It was much easier to plant on my 8-year-old and perfect for sticking in the car somewhere. You know, like cars teenagers might drive. And parents of those teenagers could easily find a hiding spot in the car for it. And said parents could determine whether their teenagers are actually where they’re supposed to be, instead of across town doing God knows what!
Or, if you’re caring for an elderly friend or family member suffering from dementia, this would be a handy device to use. In the case of that person wandering off, it would help immensely to press a single button and find the person immediately.
Speaking of help, the Vectu has some cool features that do just that. First and foremost is the Help button.
When you’re starting out with this device and adjusting the user settings, make sure you input the correct time zone. I learned that one the hard way. But you can also put in four email addresses and four phone numbers. Why do you want to do that? Because when someone hits the Help button, it’ll notify everyone listed and alert you that there’s a problem.
Another really cool feature is the Geofence.
I made a little circle around my house and property, and if the device leaves that circle a notification goes out to me and my wife, letting us know there’s a problem. I had my son go for a walk and sure enough, when he got out of the perimeter I set up, my phone buzzed and I had a text and email waiting for me letting me know there was a breach. This is probably my favorite feature and gives me serious peace of mind. I just wish the location was a little more accurate.
I also enjoyed the Heat Map, which shows you all the places the device has been in the five minutes after you hit “Locate,” as well as the Reports section that lists all the alerts and location requests in a customized period of time.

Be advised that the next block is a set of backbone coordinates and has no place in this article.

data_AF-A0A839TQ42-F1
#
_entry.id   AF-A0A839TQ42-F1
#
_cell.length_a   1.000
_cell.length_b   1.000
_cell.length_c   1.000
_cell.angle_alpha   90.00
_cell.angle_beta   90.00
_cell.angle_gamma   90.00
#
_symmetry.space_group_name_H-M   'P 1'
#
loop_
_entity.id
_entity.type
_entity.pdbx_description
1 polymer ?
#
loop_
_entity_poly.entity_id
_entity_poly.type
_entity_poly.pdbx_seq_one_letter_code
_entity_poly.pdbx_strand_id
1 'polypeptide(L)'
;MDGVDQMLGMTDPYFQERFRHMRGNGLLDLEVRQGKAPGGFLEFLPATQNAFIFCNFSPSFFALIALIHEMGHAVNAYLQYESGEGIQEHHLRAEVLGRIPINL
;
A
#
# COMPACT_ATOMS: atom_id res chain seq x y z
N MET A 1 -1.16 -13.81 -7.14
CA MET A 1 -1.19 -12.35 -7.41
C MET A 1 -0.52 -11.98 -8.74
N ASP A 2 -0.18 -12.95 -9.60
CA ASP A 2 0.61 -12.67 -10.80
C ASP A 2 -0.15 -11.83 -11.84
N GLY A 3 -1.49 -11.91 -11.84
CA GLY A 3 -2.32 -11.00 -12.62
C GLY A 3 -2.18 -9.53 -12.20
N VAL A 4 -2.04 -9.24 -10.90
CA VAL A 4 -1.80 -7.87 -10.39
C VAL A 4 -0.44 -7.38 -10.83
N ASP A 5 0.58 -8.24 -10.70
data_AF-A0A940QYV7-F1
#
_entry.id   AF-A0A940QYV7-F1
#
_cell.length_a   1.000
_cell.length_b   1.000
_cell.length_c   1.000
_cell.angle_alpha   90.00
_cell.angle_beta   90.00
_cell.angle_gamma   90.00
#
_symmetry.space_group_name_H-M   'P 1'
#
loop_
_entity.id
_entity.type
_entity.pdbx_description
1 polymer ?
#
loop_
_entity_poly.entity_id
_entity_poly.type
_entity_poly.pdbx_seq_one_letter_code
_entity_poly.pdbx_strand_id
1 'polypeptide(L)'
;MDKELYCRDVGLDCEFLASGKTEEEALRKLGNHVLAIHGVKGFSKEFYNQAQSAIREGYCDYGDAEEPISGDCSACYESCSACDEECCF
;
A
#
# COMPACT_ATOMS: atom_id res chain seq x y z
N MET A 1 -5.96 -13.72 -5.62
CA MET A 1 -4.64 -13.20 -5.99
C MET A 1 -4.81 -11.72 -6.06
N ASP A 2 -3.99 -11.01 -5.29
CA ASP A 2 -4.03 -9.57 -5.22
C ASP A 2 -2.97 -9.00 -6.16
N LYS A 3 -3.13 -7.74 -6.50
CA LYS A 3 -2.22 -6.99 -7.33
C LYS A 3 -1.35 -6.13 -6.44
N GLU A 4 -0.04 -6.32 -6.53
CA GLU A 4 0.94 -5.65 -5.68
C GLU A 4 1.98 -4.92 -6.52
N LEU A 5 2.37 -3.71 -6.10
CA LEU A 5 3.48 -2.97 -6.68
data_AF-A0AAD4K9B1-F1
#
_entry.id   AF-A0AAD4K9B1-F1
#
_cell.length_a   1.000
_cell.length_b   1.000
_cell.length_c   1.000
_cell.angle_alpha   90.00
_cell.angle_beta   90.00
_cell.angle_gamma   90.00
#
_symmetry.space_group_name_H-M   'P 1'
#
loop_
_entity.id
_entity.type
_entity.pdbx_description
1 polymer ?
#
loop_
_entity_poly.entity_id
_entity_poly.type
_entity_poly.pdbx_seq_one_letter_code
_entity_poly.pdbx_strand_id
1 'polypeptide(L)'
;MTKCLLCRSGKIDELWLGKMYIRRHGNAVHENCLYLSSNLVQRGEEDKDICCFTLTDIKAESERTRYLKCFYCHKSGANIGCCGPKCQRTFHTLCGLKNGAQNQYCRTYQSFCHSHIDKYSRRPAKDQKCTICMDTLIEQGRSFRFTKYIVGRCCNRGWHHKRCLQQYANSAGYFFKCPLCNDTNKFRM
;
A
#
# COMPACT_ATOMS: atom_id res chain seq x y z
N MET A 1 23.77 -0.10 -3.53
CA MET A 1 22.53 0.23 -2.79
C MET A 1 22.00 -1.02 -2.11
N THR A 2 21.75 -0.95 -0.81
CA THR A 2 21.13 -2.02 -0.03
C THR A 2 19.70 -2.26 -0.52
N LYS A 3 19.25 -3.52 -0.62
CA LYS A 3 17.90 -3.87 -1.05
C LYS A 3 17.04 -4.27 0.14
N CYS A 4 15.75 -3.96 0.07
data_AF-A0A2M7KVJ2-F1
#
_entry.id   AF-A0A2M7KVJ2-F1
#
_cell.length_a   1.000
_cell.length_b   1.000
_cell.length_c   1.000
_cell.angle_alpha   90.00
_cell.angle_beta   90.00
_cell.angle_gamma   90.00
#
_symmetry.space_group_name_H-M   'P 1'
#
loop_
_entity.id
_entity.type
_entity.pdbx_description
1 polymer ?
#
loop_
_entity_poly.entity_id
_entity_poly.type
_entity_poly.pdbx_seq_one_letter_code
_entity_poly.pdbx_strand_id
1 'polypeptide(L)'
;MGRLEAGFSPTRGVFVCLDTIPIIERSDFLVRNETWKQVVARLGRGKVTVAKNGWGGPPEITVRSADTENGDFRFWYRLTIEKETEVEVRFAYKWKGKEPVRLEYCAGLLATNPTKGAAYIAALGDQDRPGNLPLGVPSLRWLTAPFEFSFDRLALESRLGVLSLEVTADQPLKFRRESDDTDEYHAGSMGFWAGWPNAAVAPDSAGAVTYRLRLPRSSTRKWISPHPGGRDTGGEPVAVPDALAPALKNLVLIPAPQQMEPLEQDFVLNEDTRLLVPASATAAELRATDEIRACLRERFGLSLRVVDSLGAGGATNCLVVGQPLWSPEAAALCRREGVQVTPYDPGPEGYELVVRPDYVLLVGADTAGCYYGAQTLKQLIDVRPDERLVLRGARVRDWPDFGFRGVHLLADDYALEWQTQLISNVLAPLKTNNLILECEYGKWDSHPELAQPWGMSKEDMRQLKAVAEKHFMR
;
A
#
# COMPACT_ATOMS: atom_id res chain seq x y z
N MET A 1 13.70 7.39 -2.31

So, where do I stand on the Vectu?
It’s much more affordable than most other similar items on the market, and you get a lot for your money. Also, the battery life is just spectacular. It’s certainly a no frills device and the idea is solid, but there are faults.
Mainly it’s the accuracy. If I really had a missing child and had no idea where he went, getting a location that’s close to a half-mile off is going to be problematic. While setup and the app itself is straightforward and user-friendly, function suffers a bit because of how often the locate search times out.
While I wouldn’t use this to reliably track young kids, I would absolutely use the Vectu for elder care, vehicle tracking, and in luggage or backpacks on family trips. If it were smaller, I’d put it in the kids’ socks so maybe I could finally solve the mystery of how the hell they always seem to go missing, and where they disappear. Is it another dimension?? I mean, honestly.
Sorry, back to business. The Vectu has issues with accuracy and occasional unresponsiveness, but it’s also a solid device at a low price point that’s easy to set up and use. The Help button, GeoFence, and customized alerts are big selling points and will give parents like me some added peace of mind when taking trips, like the one we took to Disney last month.